The Misanthrope; or the Cantankerous Lover
is a work of satiric verse by French playwright Jean-Baptiste Poquelin, published popularly under the name Molière. The play makes fun of the social norms and flaws of the French aristocratic class, while illuminating general moral flaws that tend to manifest in people around the world. Different from other satires of the time, which utilized flat characters, The Misanthrope
uses dynamic ones to provide a more nuanced criticism of French life. The play is unusual even in contrast to Molière’s other publications because it spends much of its time developing a rich set of characters rather than advancing its plot. Though the play flopped commercially after its publication, it survives today as Molière’s magnum opus.
A French aristocrat Alceste complains about rampant corruption in France to his friend, Philinte. Philinte denies his points but fails to deter Alceste, who gives a litany of platitudes about honesty and integrity. Philinte replies that honesty occasionally needs to be constrained by manners since people should make allowances for human faults. The conversation further reveals that Alceste is in the middle of a lawsuit.
Next, Oronte, a marquis, enters the conversation and suggests that he and Alceste agree to be friends. Alceste declines, suggesting they learn more about each other first. Oronte asks Alceste to give feedback on a sonnet
he wrote. Alceste reads it and insults Oronte by recommending that he find another job. Oronte departs.
Alceste meets up with Célimène, a woman he is in love with and the owner of the house in which the comedy takes place. He chastises her for entertaining too many suitors. Célimène retorts that she is merely flirting harmlessly; she reserves her true love for him. Then her servant, Basque, informs them that Acaste and Clitandre, two other people courting her, have arrived. Alceste threatens to leave Célimène but doesn’t.
Célimène’s suitors, minus the pouting Alceste, meet with her and her cousin Eliante to hear gossip about the Court. Her harsh criticisms impress them all. Suddenly Alceste’s voice emerges objecting to a perceived hypocrisy but is ignored. Eliante declares that Alceste is behaving strangely since he should be complimenting Célimène rather than disparaging her and her friends.
A legal officer arrives and tells Alceste that Oronte has filed a lawsuit for the unkind criticism of his poem. Alceste departs to look at the details. Clitandre and Acaste take the opportunity to talk privately about their love for Célimène. Though Acaste has a big ego, he despairs that Célimène does not love him despite his wealth and handsomeness. The two men decide that if one of them is rejected outright, the other will support the victor in earning Célimène’s true love.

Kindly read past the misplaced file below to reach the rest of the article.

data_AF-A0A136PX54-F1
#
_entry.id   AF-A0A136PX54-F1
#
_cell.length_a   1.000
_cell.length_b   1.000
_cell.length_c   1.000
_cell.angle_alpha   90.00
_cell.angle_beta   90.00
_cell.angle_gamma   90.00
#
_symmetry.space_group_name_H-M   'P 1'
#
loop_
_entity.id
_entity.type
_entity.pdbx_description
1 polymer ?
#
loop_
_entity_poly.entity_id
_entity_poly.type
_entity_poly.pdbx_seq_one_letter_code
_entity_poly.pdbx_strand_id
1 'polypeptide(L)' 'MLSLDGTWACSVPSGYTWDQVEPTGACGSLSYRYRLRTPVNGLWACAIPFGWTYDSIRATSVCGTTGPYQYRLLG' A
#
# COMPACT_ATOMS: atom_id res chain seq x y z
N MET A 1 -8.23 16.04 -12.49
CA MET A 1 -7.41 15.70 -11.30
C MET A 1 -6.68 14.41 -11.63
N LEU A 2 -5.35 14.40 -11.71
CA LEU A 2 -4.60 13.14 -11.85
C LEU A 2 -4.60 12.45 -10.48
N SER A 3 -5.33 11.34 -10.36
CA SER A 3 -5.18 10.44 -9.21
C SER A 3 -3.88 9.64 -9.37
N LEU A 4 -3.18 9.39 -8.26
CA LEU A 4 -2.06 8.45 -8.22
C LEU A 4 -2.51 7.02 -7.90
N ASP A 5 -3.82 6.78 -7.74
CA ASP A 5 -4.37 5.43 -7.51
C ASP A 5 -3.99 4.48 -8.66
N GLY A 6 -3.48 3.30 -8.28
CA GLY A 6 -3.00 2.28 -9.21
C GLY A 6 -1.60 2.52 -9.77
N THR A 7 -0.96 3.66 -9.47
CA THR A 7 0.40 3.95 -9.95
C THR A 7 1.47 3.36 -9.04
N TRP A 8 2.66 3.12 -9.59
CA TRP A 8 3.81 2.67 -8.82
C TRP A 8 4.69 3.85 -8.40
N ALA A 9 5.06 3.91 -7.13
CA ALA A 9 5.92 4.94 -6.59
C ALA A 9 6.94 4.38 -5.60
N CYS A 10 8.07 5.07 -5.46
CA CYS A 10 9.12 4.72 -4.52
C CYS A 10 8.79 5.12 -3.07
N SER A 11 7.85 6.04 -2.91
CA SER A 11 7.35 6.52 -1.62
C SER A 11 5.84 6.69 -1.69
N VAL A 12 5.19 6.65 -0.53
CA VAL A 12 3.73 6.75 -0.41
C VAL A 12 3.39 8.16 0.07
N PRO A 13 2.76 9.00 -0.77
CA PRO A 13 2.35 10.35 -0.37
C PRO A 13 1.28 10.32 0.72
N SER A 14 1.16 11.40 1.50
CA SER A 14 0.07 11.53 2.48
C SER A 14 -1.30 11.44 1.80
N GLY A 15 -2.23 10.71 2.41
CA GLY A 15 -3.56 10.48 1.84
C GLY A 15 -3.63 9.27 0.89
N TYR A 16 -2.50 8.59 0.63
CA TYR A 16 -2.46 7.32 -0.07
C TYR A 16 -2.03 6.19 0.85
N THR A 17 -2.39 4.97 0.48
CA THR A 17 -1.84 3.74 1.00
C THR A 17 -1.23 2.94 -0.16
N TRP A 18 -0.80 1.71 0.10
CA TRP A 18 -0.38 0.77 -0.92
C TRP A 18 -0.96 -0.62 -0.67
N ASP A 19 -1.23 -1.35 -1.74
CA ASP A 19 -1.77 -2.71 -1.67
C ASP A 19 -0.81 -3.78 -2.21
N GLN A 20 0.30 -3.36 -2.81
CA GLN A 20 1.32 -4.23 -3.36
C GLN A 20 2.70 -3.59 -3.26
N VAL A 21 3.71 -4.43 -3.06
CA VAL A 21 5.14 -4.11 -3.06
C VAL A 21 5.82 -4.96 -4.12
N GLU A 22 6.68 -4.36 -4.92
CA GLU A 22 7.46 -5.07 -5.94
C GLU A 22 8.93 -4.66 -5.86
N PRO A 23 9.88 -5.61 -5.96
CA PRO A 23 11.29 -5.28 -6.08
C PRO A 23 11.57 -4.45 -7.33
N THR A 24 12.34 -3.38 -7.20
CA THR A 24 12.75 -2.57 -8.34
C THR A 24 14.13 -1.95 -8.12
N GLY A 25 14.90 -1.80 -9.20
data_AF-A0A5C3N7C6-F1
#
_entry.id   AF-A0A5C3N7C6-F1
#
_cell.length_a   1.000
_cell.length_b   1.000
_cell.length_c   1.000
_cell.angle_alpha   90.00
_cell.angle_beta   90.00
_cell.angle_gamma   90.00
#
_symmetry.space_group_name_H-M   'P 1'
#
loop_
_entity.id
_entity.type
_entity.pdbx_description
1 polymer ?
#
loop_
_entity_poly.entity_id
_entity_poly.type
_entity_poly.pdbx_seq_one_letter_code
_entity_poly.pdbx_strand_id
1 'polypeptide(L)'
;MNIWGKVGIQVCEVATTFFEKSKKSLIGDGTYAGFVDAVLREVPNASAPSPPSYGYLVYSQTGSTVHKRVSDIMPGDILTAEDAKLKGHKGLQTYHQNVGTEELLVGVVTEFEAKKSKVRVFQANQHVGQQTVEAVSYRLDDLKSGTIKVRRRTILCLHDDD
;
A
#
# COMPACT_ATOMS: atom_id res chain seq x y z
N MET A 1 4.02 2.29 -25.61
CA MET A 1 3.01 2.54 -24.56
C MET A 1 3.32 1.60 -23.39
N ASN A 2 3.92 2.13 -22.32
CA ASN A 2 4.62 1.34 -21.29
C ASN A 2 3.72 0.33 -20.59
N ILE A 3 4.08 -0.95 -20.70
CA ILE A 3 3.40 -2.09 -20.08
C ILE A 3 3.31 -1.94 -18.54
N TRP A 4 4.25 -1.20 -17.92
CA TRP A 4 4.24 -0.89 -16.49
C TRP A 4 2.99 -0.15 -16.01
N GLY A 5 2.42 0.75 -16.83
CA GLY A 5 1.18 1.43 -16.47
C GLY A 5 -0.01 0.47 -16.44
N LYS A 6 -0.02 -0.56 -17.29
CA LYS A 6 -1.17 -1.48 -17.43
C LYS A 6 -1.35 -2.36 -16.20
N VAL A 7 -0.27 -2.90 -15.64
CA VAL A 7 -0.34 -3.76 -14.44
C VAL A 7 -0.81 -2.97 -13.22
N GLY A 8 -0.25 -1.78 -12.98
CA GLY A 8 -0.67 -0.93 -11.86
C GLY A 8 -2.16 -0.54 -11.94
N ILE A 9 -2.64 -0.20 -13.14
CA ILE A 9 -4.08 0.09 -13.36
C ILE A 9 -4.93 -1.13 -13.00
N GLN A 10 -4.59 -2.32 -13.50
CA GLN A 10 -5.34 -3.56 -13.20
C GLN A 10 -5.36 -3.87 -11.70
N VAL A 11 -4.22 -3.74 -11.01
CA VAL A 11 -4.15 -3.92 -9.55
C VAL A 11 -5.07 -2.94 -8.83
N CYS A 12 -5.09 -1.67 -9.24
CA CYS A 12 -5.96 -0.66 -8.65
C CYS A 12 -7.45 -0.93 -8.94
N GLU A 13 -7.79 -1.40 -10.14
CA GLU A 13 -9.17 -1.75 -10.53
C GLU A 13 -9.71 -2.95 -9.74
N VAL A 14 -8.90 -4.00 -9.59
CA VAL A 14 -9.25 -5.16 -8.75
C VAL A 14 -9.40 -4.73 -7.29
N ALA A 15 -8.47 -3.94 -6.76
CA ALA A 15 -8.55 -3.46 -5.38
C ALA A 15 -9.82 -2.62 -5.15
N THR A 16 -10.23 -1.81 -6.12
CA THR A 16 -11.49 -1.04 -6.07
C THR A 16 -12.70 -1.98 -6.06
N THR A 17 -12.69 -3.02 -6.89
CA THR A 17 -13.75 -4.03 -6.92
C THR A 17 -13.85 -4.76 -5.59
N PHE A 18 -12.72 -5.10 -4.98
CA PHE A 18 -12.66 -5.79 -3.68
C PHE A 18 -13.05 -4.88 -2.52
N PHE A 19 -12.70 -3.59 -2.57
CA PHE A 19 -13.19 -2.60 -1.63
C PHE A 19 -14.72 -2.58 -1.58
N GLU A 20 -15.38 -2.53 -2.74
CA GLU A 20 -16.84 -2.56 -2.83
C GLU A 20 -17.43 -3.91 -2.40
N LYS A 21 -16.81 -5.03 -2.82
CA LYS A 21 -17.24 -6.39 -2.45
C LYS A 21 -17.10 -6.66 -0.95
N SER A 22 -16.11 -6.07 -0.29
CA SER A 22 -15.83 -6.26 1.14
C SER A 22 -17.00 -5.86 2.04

Alceste returns just as Célimène leaves. Arsinoe compliments him for his integrity and offers to help him get a position in the Court. He balks, whereupon she reveals that she has a letter proving that Célimène has been unfaithful to him. They leave to examine the letter. After they depart, Philinte and Eliante tell the Marshals of France about Alceste’s rudeness. While Philinte lambasts him, Eliante says that she respects that Alceste sticks to his personal values. Eliante adds that Célimène is unsure about whom she is in love with, admitting that she herself would probably accept Alceste as a suitor if he wasn’t so set on Célimène. At this point, Philinte reveals that he is attracted to Eliante and would accept her advance. Just then, Alceste enters extremely upset. He wants to punish Célimène for lying to him and going after a different suitor. Alceste suggests that he and Eliante create revenge by having their own relationship. Eliante, however, tells Alceste not to be reckless.
Eliante and Philinte exit as Célimène appears. Alceste criticizes her, but she defends herself and says that he is foolish to believe the letter. Du Bois, his servant, rushes in, warning him to flee as his lawsuit has been lost and he is now a wanted man. Alceste leaves to learn more and finds Philinte, who recommends that he challenge the legal outcome. Alceste stubbornly refuses, saying that it is a prime example of the Court’s corruption. He declares that he will become a willful pariah, and plans to ask Célimène to come with him one final time.
Oronte and Alceste arrive together and demand that Célimène choose one of them. She declines, giving the decision to Eliante to make. Eliante arrives and refuses the responsibility. Acaste and Clitandre arrive with a letter composed by Célimène that insults both of the men. Arsinoe and Philinte also return and renounce Célimène.
At the comedy’s conclusion, Alceste remains the only man who is willing to court Célimène. He offers his forgiveness on the condition that she lives with him in isolation. Taken aback, Célimène says that she is far too young, agreeing only to marry him. Enraged, Alceste retracts his love for Célimène. She departs, and Alceste says that it would be unfair to request Eliante’s devotion. She agrees, deciding to go after Philinte. Leaving alone, Alceste is pursued by Eliante and Philinte, who wish to change his mind about disappearing forever.
A play where only a couple of minor and inauspicious characters end up happy, The Misanthrope
criticizes the archetype of the stubborn Frenchman who refuses to play along with social convention. Ultimately, this attitude leads to self-isolation rather than the enlightenment of the protagonist or his society, casting the dismantling of social convention as a futile enterprise for one man to attempt alone.